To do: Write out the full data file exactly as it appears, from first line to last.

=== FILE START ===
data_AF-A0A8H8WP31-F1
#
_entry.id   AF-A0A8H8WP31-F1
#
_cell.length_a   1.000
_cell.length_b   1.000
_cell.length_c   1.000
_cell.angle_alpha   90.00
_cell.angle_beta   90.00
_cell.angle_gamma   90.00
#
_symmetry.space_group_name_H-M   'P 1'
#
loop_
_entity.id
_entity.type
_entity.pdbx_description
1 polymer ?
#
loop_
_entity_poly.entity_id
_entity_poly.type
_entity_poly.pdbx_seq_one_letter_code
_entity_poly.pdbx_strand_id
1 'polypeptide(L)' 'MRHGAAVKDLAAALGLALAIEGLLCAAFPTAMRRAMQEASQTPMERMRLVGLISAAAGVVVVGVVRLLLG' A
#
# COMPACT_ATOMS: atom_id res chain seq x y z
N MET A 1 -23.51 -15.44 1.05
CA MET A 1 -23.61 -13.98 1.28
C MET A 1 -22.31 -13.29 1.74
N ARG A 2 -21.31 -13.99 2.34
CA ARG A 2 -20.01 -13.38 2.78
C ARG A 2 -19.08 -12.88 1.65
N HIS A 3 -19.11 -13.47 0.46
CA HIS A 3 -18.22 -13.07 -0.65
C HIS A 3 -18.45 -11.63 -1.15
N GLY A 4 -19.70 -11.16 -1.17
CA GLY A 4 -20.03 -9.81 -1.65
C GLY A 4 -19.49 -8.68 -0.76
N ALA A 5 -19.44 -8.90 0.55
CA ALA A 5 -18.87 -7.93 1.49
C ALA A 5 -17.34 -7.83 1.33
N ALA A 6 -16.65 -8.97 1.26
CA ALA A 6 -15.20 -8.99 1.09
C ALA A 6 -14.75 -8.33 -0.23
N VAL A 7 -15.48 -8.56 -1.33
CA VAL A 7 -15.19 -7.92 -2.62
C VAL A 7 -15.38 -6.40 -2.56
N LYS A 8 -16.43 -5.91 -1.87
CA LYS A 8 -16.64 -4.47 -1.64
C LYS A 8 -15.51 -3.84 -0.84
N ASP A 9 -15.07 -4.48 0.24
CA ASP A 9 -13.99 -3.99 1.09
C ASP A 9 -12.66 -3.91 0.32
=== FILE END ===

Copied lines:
data_AF-A0A8H8WP31-F1
#
_entry.id   AF-A0A8H8WP31-F1
#
_cell.length_a   1.000
_cell.length_b   1.000
_cell.length_c   1.000
_cell.angle_alpha   90.00
_cell.angle_beta   90.00
_cell.angle_gamma   90.00
#
_symmetry.space_group_name_H-M   'P 1'
#
loop_
_entity.id
_entity.type
_entity.pdbx_description
1 polymer ?
#
loop_
_entity_poly.entity_id
_entity_poly.type
_entity_poly.pdbx_seq_one_letter_code
_entity_poly.pdbx_strand_id
1 'polypeptide(L)' 'MRHGAAVKDLAAALGLALAIEGLLCAAFPTAMRRAMQEASQTPMERMRLVGLISAAAGVVVVGVVRLLLG' A
#
# COMPACT_ATOMS: atom_id res chain seq x y z
N MET A 1 -23.51 -15.44 1.05
CA MET A 1 -23.61 -13.98 1.28
C MET A 1 -22.31 -13.29 1.74
N ARG A 2 -21.31 -13.99 2.34
CA ARG A 2 -20.01 -13.38 2.78
C ARG A 2 -19.08 -12.88 1.65
N HIS A 3 -19.11 -13.47 0.46
CA HIS A 3 -18.22 -13.07 -0.65
C HIS A 3 -18.45 -11.63 -1.15
N GLY A 4 -19.70 -11.16 -1.17
CA GLY A 4 -20.03 -9.81 -1.65
C GLY A 4 -19.49 -8.68 -0.76
N ALA A 5 -19.44 -8.90 0.55
CA ALA A 5 -18.87 -7.93 1.49
C ALA A 5 -17.34 -7.83 1.33
N ALA A 6 -16.65 -8.97 1.26
CA ALA A 6 -15.20 -8.99 1.09
C ALA A 6 -14.75 -8.33 -0.23
N VAL A 7 -15.48 -8.56 -1.33
CA VAL A 7 -15.19 -7.92 -2.62
C VAL A 7 -15.38 -6.40 -2.56
N LYS A 8 -16.43 -5.91 -1.87
CA LYS A 8 -16.64 -4.47 -1.64
C LYS A 8 -15.51 -3.84 -0.84
N ASP A 9 -15.07 -4.48 0.24
CA ASP A 9 -13.99 -3.99 1.09
C ASP A 9 -12.66 -3.91 0.32